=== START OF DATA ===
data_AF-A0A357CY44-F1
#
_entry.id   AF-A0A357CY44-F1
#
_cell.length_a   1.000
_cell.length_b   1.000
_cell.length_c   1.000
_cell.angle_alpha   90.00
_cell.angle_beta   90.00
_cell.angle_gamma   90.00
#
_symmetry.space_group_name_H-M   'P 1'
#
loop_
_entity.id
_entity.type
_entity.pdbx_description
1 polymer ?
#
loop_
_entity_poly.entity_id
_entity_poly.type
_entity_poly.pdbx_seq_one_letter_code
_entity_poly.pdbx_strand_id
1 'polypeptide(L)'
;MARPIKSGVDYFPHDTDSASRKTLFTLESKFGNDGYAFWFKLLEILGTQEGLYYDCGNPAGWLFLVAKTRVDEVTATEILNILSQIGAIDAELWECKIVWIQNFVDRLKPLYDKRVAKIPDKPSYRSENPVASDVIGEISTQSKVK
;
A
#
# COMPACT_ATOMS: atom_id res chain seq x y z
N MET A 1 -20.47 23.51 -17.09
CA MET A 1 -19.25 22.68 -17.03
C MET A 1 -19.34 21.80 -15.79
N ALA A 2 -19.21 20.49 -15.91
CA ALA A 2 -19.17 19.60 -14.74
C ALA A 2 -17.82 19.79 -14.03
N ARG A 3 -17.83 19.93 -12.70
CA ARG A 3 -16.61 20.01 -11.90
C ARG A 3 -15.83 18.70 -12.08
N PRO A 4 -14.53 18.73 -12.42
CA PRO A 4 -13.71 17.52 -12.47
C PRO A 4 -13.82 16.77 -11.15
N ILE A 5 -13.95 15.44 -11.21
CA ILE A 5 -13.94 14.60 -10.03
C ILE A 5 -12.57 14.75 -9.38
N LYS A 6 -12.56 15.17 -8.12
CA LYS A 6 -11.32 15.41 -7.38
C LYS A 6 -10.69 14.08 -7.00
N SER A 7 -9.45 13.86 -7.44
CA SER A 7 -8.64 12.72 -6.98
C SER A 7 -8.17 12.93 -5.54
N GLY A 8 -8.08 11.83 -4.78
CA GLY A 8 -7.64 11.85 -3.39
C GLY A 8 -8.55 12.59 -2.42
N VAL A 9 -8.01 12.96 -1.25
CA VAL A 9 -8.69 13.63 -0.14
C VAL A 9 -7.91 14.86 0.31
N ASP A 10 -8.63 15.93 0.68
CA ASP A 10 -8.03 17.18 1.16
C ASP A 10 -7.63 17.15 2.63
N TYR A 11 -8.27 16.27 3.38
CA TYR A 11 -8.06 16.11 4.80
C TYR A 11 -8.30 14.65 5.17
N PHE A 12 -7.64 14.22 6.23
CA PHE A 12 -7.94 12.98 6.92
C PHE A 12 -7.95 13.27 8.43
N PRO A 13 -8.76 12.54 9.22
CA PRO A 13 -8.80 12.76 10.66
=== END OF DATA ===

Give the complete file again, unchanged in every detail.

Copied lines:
data_AF-A0A357CY44-F1
#
_entry.id   AF-A0A357CY44-F1
#
_cell.length_a   1.000
_cell.length_b   1.000
_cell.length_c   1.000
_cell.angle_alpha   90.00
_cell.angle_beta   90.00
_cell.angle_gamma   90.00
#
_symmetry.space_group_name_H-M   'P 1'
#
loop_
_entity.id
_entity.type
_entity.pdbx_description
1 polymer ?
#
loop_
_entity_poly.entity_id
_entity_poly.type
_entity_poly.pdbx_seq_one_letter_code
_entity_poly.pdbx_strand_id
1 'polypeptide(L)'
;MARPIKSGVDYFPHDTDSASRKTLFTLESKFGNDGYAFWFKLLEILGTQEGLYYDCGNPAGWLFLVAKTRVDEVTATEILNILSQIGAIDAELWECKIVWIQNFVDRLKPLYDKRVAKIPDKPSYRSENPVASDVIGEISTQSKVK
;
A
#
# COMPACT_ATOMS: atom_id res chain seq x y z
N MET A 1 -20.47 23.51 -17.09
CA MET A 1 -19.25 22.68 -17.03
C MET A 1 -19.34 21.80 -15.79
N ALA A 2 -19.21 20.49 -15.91
CA ALA A 2 -19.17 19.60 -14.74
C ALA A 2 -17.82 19.79 -14.03
N ARG A 3 -17.83 19.93 -12.70
CA ARG A 3 -16.61 20.01 -11.90
C ARG A 3 -15.83 18.70 -12.08
N PRO A 4 -14.53 18.73 -12.42
CA PRO A 4 -13.71 17.52 -12.47
C PRO A 4 -13.82 16.77 -11.15
N ILE A 5 -13.95 15.44 -11.21
CA ILE A 5 -13.94 14.60 -10.03
C ILE A 5 -12.57 14.75 -9.38
N LYS A 6 -12.56 15.17 -8.12
CA LYS A 6 -11.32 15.41 -7.38
C LYS A 6 -10.69 14.08 -7.00
N SER A 7 -9.45 13.86 -7.44
CA SER A 7 -8.64 12.72 -6.98
C SER A 7 -8.17 12.93 -5.54
N GLY A 8 -8.08 11.83 -4.78
CA GLY A 8 -7.64 11.85 -3.39
C GLY A 8 -8.55 12.59 -2.42
N VAL A 9 -8.01 12.96 -1.25
CA VAL A 9 -8.69 13.63 -0.14
C VAL A 9 -7.91 14.86 0.31
N ASP A 10 -8.63 15.93 0.68
CA ASP A 10 -8.03 17.18 1.16
C ASP A 10 -7.63 17.15 2.63
N TYR A 11 -8.27 16.27 3.38
CA TYR A 11 -8.06 16.11 4.80
C TYR A 11 -8.30 14.65 5.17
N PHE A 12 -7.64 14.22 6.23
CA PHE A 12 -7.94 12.98 6.92
C PHE A 12 -7.95 13.27 8.43
N PRO A 13 -8.76 12.54 9.22
CA PRO A 13 -8.80 12.76 10.66